Tesla Model 3 deposits now 300,000 or more; what does this imply?

Tesla Model 3 design prototype - reveal event - March 2016

Tesla Model 3 design prototype – reveal event – March 2016

Enlarge Photo

Three days ago, when Global Equities Research projected more than 300,000 reservations for the Tesla Model 3 electric car by the start of this week, that number seemed outlandish.

And yet, by the end of Saturday, the global total had reached 276,000, according to a tweet by Tesla CEO Elon Musk.

When the Model 3 was first unveiled in California on Thursday evening, the number of deposits that day alone had already crossed 100,000.

WATCH THIS: Tesla Model 3: video of first ride in prototype $35k electric car

With an additional day and a half, Saturday’s total of 276,000 has likely crossed the magic 300,000 mark by now unless the pace has suddenly slowed to a crawl.

And that clearly caught even Tesla off guard, with Musk tweeting that the company would have to rethink its production plans for the 215-mile, $35,000 electric car that won’t hit the roads for almost two years under a best-case scenario.

Musk promised one more report on reservation totals, this one to come exactly a week after the Thursday evening introduction.

The response over the weekend was predictable but nevertheless fascinating to watch.

Tesla fans and investors were ecstatic, proclaiming the Model 3 the breakthrough vehicle that electric cars had required to enter the mainstream market.

Some went as far as to suggest that the Tesla Model S of 2018 would be just as revolutionary as the first Ford Model T, introduced 110 years before in October 1908.

DON’T MISS: Tesla Model 3: speculating on versions, batteries, prices, power

The Model T became the world’s highest-volume production car over the next 19 years, selling more than 15 million copies—a record that stood until 1972, when it was passed by the Volkswagen Beetle.

Many hurdles remain before the Model 3 can definitively be spoken of in the same light as the “car that put the world on wheels,” however.

Tesla must complete the Model 3 design, test and validate the car, get it certified by dozens of different regulators around the world, and tool up its factories for production levels 10 times as high as its best to date.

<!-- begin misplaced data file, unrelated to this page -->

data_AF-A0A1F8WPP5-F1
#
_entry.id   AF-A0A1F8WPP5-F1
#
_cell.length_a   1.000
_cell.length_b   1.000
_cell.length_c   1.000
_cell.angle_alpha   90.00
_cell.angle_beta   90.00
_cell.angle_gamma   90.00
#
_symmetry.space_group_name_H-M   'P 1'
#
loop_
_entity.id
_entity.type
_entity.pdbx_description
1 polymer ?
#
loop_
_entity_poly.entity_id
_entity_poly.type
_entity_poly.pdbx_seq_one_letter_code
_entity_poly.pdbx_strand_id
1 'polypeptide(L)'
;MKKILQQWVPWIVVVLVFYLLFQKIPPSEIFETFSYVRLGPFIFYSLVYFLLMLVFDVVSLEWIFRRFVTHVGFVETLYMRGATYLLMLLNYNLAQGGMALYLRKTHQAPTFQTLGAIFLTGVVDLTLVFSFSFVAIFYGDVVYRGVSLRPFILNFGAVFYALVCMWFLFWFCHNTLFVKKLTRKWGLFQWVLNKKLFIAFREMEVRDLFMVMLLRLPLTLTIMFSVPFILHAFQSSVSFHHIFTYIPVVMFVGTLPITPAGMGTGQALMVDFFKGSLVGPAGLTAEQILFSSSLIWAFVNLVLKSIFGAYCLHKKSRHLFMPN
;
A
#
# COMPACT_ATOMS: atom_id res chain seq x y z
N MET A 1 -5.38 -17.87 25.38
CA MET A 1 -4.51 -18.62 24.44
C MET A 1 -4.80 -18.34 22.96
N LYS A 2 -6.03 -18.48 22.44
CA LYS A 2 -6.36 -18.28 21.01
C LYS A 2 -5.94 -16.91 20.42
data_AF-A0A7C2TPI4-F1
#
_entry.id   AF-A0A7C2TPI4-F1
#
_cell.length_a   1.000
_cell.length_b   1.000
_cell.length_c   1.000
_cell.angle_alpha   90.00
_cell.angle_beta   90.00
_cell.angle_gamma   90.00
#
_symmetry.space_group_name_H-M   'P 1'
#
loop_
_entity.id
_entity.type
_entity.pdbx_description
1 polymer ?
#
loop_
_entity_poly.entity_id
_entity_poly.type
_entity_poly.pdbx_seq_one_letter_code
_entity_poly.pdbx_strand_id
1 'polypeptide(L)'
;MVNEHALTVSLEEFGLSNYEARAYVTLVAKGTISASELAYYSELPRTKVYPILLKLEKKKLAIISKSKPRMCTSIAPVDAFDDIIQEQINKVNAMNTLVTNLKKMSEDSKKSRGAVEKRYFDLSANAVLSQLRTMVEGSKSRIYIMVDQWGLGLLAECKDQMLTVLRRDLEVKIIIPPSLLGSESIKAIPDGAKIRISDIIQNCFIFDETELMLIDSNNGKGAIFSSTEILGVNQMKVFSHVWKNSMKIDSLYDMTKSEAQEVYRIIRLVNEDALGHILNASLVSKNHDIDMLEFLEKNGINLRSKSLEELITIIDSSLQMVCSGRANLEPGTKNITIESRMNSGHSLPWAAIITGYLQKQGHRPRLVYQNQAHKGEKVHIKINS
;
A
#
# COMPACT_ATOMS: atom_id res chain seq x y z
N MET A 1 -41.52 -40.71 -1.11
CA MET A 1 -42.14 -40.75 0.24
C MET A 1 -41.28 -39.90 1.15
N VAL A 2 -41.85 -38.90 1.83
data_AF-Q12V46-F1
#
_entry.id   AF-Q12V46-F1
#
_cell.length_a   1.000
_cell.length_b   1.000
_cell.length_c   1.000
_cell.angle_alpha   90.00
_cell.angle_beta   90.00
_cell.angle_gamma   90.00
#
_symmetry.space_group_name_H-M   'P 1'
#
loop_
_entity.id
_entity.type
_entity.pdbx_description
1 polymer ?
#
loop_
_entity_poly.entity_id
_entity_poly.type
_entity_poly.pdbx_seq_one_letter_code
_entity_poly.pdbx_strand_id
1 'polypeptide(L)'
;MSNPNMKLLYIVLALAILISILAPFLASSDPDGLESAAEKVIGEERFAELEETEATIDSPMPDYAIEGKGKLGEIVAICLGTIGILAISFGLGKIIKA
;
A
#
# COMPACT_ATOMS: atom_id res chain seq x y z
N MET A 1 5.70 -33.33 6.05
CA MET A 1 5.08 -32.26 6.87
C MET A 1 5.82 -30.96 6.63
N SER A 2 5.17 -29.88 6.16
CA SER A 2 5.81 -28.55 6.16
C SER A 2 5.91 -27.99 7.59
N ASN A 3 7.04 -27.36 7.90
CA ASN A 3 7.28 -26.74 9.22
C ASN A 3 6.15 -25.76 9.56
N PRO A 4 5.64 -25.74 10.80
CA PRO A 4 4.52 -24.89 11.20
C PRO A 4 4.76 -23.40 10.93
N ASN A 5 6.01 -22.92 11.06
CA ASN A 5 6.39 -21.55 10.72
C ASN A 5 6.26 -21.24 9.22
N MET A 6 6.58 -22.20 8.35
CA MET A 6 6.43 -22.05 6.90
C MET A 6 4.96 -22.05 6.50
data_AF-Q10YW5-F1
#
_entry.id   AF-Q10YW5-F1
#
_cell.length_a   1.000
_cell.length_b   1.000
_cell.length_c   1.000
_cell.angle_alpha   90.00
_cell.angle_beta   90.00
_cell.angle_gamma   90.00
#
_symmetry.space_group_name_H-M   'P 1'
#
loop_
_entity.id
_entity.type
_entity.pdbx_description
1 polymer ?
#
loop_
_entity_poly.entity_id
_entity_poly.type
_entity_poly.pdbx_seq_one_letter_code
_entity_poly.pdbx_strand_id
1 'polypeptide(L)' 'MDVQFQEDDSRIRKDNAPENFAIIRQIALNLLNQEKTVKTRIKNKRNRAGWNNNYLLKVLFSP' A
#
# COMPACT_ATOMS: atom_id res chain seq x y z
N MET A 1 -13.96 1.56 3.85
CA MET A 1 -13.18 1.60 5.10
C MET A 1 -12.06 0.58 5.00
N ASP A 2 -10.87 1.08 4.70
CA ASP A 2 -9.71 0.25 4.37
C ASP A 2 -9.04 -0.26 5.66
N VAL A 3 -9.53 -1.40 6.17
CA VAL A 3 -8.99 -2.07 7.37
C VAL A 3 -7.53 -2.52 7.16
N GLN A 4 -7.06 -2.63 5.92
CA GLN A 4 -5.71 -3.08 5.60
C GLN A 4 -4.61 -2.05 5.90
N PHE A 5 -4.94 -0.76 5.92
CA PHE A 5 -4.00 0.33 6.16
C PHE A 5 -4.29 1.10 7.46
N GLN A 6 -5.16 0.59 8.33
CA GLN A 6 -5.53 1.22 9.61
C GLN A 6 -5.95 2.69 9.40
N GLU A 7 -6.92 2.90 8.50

Tesla Model 3 design prototype - reveal event - March 2016

Tesla Model 3 design prototype – reveal event – March 2016

Enlarge Photo

It must also bring its massive battery Gigafactory online not only to assemble battery packs from imported cells, as it does now, but to fabricate and produce the actual cells themselves in the highest-volume battery plant in the U.S.

And if the company is to meet its recently confirmed deadline of starting Model 3 production by the end of next year, it has to do all that in 18 months.

At is much noted by commentary, Tesla Motors has not yet met an announced deadline for starting production of any of its vehicles: not the Roadster, not the Model S, and not the Model X.

CHECK OUT: Report from the Tesla Model 3 trenches: lines, camaraderie, deposits

Finally, many financial analysts suggest that Tesla will have to raise additional capital, especially if it believes it needs to boost its Model 3 production volume beyond what it expected to build before the surge of post-debut orders.

It customarily costs $200 million to $500 million to equip a high-volume production line, one capable of building 150,000 cars a year.

Tesla has plenty of extra plant space in the Fremont, California, facility it bought from Toyota in 2009. But it will still need to tool up for higher-volume production.

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